Not only is he an amazing driver, a 7 times world champion in fact, he is also a wonderful role model (in my opinion) to those who follow the sport.  He is a passionate sports person who is working to make racing eco-friendlier and more diverse by looking at ways to support people from other backgrounds, race and gender to enter the sport. 

Whether you agree or disagree on the outcome of the race (Lewis unfortunately made contact with Max Verstappen resulting in a catastrophic crash), the enjoyment for many sporting fans is the hearty debates with those who do not support the same team.  Whilst at the racetrack, we see the most amazing displays of friendly competition between all the varying fans; at no point did we see anything other than respect for a sport that is highly charged and potentially dangerous. 

To observe the heated debate on Twitter, Facebook and Instagram continued to bring about more discussion, “Max was in the wrong place!”, “Lewis should know better than to overtake on Copse Corner!” but at no point did the colour of Lewis’ skin get called into question by any of the fans who, like Mr N and I, LOVE this sport. 

As news came in regarding the racism and hate that Lewis Hamilton has received since his victory, I feel despair for the world in which we live.  I spoke last week about my LOVE with our school; one of the biggest reasons I LOVE RAMJS so much is because of it’s diversity.  We have over 18 languages spoken, we celebrate a variety of faiths and beliefs, we educate each other on our cultural differences, and we challenge racism with a vengeance. 

The children at RAMJS were made aware of the continued use of racial slurs as we watched our England Squad face hatred and racial abuse following their missed penalties in the Euro 2020 final.  Our children talked in their classes about how we are living in a culture where we make our sports people ‘Heroes’ when they are winning and ‘Villains’ when they are not.  Despite Marcus Rashford being a hero for so many children and their families throughout this pandemic, the life changing impact he has had was forgotten by so many, simply because he missed a goal…how truly heart breaking! 

As always, I see my glimmers of hope in our RAMJS children, who were appalled by the total lack of ‘Love’ being displayed by so called fans, who instead found ‘Hate’ and ‘Racism’ appropriate; we ask what model are these people setting to their children, their grandchildren and the future generations of our world.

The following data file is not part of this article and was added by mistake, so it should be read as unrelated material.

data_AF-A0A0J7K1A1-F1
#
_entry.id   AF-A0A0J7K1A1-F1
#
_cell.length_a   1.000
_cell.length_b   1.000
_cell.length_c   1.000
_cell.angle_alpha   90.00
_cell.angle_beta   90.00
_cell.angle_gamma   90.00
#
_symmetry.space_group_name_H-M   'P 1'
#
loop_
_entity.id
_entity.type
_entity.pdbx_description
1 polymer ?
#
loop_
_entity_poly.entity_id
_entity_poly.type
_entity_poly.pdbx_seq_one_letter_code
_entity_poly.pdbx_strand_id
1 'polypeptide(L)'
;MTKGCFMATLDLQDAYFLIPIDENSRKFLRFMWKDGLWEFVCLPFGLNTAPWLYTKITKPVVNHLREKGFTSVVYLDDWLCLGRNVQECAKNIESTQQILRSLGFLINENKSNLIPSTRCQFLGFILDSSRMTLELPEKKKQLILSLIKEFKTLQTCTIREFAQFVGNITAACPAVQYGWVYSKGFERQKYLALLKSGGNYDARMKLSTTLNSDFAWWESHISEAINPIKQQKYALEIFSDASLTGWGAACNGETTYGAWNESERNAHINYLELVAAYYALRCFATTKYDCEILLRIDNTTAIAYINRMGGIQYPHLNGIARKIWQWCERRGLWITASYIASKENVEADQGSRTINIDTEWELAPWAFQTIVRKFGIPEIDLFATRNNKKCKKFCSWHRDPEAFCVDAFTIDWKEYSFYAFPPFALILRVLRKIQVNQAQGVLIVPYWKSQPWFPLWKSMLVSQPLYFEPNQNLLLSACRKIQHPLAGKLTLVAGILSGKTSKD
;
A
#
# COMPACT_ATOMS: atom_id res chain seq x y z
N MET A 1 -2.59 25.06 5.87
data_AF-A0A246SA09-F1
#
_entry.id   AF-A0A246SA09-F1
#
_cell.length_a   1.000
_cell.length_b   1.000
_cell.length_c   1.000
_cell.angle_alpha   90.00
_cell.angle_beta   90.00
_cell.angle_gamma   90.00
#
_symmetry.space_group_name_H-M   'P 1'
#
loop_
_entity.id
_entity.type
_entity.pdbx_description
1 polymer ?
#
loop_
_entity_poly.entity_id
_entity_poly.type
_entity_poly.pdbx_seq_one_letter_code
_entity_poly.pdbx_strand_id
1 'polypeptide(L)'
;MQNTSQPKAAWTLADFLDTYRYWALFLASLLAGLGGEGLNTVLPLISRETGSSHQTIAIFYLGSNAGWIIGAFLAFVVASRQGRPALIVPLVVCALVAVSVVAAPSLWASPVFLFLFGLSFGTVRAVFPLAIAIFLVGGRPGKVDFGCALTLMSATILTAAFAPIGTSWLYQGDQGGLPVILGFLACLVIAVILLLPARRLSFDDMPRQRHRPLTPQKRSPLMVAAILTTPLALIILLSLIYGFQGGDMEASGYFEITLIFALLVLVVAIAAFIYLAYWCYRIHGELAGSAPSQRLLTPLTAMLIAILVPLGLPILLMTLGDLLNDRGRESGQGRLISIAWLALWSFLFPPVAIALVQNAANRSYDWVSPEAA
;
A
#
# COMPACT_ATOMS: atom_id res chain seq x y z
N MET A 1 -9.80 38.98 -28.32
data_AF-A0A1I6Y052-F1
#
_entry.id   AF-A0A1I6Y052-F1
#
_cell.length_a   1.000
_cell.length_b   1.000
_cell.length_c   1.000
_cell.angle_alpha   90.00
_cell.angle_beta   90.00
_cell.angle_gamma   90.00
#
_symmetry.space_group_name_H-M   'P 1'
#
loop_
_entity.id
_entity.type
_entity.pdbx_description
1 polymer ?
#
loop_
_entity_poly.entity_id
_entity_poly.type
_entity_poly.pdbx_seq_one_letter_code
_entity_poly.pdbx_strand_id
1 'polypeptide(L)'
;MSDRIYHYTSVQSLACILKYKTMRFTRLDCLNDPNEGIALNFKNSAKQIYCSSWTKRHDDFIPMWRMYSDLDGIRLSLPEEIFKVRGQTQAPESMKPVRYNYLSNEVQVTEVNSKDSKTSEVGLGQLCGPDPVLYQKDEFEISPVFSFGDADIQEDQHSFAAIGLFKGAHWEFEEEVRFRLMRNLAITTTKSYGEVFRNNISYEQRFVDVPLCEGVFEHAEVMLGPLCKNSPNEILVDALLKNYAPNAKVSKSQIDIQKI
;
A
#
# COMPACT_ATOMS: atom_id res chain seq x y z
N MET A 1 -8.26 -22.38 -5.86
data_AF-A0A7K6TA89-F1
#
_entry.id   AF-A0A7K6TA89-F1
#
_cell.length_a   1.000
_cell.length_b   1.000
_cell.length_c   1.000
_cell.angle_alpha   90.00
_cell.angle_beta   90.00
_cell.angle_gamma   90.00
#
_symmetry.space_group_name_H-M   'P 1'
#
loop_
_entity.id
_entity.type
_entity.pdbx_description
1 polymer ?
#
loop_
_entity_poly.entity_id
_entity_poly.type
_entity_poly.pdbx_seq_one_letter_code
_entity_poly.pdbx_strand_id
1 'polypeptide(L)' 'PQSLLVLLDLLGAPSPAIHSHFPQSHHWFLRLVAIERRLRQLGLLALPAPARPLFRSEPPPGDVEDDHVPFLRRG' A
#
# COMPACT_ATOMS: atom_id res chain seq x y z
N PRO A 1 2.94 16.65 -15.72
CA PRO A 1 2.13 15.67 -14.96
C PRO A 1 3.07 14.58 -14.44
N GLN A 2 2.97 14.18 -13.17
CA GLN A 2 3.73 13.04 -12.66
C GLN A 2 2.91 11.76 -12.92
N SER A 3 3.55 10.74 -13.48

Many of you will not know that Mr N and I are from very different backgrounds; I identify as White British as my family heritage is entirely from the British Isles whereas my wonderful husband considers himself Anglo Mauritian, a badge he wears with immense pride.  In our house, colour is not, nor ever will be a consideration because our relationship is built on love.  We had the wonderful experience of meeting our Mauritian family, who welcomed us into their homes and shared their culture and traditions with us; an experience that not only strengthened our love of diversity but also increased the love we felt for each other and our families.  My Mauritian family are Muslim, whilst I am a Christian; we shared a mutual understanding of our differences and welcomed our similarities.  Colour, faith, or gender was not a factor and nor will it ever be. 

The future of our society depends entirely on the strong messages we share with our children so that they can share these same principles with their children; this is how we make positive changes.  At RAMJS we will not tolerate these negative attitudes to infiltrate our world of culture and diversity.  We will continue to work together to make our world a better place.  As Martin Luther King said, “I look to a day when people will not be judged by the colour of their skins, but by the content of their character!”  That day has already arrived, and the children are RAMJS are the carrier of that message, we show LOVE not HATE and we will continue to stand up for what is right as is moral purpose! 

Mrs Nickson

Posted in Thoughts

Love what you do and do what you love

“Love what you do and do what you love!” 

I was blessed to find this little sentiment on my desk yesterday and it got me thinking…brace yourselves! 



  1. 1. 

a great interest and pleasure in something. 


  1. 1. 

    feel deep affection for (someone). 


    I am truly blessed to experience lots of loves in my life.  I am loved and I love.  I love my husband, family and friends.  I LOVE Downton Abbey, Christmas and Sharks.  I love my job and most importantly, I love Ribbleton Avenue Methodist Junior School.